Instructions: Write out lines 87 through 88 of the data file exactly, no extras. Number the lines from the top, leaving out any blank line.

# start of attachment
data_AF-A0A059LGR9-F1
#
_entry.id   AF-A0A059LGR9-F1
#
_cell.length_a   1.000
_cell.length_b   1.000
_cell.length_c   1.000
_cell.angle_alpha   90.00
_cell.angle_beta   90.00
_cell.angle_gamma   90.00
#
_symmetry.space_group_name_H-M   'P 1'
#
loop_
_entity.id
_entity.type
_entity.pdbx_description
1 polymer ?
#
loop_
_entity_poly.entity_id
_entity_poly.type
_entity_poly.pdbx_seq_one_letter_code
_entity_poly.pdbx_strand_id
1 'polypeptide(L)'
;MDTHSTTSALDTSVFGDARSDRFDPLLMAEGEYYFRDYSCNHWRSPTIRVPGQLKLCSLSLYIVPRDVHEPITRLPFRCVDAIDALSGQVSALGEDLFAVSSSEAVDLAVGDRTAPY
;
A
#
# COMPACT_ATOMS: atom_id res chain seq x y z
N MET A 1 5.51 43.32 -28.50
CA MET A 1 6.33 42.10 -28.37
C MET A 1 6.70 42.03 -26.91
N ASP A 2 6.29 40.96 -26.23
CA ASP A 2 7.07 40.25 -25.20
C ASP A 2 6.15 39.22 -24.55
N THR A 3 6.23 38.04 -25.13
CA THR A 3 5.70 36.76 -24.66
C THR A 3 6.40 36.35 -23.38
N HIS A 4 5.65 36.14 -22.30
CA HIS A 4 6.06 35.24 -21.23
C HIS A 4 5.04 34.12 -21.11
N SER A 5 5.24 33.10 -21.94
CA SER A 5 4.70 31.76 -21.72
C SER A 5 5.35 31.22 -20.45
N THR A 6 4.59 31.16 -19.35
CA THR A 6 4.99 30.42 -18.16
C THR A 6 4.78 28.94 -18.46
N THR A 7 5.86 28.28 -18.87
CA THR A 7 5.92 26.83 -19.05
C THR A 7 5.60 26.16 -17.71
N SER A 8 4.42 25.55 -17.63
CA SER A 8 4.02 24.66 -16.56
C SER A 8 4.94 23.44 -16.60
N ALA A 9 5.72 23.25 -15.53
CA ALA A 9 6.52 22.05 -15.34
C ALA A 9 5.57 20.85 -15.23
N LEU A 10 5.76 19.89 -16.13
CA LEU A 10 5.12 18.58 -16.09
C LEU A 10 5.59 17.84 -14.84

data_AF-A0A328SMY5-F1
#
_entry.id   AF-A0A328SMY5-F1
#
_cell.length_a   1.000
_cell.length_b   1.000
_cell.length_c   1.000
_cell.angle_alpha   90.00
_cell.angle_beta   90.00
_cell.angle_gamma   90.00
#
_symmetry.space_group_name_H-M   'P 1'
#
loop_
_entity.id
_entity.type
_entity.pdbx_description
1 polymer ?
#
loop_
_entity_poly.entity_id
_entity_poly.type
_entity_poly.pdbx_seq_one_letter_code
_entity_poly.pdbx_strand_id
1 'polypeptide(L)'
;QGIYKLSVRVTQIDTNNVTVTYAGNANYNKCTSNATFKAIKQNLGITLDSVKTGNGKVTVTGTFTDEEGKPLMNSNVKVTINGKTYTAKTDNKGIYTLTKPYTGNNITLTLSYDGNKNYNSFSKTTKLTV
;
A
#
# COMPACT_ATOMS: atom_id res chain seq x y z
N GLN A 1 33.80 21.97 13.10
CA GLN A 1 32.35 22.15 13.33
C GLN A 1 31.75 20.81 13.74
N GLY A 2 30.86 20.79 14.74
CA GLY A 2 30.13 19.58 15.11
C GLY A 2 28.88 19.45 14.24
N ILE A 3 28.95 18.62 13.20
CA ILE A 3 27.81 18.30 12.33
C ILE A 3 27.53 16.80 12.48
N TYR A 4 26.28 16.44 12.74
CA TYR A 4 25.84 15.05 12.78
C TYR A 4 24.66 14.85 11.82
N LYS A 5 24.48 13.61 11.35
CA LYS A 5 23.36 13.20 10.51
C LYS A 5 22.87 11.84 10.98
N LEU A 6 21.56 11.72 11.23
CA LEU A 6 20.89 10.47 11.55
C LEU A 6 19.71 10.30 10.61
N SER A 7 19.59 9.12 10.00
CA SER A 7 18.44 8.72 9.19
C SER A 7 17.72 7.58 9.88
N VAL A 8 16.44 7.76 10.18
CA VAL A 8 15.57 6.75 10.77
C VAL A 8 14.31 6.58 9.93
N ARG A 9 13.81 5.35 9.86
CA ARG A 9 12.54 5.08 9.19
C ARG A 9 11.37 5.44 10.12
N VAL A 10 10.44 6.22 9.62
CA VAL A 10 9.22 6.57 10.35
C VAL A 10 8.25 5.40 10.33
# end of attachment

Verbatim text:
;
A